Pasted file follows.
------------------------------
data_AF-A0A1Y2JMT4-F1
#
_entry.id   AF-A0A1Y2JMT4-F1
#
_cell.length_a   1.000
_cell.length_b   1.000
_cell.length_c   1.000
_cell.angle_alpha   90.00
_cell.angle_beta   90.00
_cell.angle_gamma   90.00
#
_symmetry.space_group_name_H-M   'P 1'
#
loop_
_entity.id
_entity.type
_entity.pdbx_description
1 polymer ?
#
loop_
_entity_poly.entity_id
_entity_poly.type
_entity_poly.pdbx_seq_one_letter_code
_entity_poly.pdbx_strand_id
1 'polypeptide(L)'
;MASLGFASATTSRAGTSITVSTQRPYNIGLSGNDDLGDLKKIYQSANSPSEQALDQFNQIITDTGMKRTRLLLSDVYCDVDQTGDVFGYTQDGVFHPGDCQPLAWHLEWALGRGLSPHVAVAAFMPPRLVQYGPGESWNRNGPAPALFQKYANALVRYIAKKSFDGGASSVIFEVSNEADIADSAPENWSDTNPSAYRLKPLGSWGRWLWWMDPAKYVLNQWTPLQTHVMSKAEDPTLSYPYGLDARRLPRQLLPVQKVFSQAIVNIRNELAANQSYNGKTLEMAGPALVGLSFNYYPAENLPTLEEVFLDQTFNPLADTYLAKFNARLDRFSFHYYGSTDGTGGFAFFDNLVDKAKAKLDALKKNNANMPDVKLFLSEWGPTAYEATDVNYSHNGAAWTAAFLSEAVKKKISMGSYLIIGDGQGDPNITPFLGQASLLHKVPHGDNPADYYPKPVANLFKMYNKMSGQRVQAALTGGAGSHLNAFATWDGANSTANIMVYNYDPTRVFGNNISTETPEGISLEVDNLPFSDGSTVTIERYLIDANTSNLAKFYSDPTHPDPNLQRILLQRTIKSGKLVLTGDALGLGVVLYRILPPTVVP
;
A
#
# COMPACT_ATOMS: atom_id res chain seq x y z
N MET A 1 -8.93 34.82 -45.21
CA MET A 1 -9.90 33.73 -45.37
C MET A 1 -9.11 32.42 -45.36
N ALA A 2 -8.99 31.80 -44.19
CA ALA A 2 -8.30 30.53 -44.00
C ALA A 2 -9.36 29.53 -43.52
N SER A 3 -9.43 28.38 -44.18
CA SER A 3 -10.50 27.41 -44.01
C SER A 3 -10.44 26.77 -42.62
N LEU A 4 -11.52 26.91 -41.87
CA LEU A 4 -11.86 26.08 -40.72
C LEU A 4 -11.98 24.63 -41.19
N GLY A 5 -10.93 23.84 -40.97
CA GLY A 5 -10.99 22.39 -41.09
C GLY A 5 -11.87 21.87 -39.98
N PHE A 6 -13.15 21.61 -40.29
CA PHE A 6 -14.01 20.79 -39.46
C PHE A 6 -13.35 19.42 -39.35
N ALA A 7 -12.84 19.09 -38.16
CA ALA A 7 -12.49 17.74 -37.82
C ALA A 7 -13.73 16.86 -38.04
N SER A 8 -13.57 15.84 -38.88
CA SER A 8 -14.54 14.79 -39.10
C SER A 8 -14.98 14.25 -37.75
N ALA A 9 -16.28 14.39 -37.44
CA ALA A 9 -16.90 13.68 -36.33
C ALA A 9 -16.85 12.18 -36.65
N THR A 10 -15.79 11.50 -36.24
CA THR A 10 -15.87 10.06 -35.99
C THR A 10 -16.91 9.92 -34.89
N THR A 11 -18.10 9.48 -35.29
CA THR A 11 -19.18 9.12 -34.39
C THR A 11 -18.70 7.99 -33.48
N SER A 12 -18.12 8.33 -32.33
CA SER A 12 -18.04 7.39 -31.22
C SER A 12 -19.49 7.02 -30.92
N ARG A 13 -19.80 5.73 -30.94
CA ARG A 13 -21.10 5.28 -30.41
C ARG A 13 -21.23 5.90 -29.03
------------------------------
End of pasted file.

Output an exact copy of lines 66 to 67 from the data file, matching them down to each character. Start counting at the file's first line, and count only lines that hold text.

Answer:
C SER A 12 -19.49 7.02 -30.92
N ARG A 13 -19.80 5.73 -30.94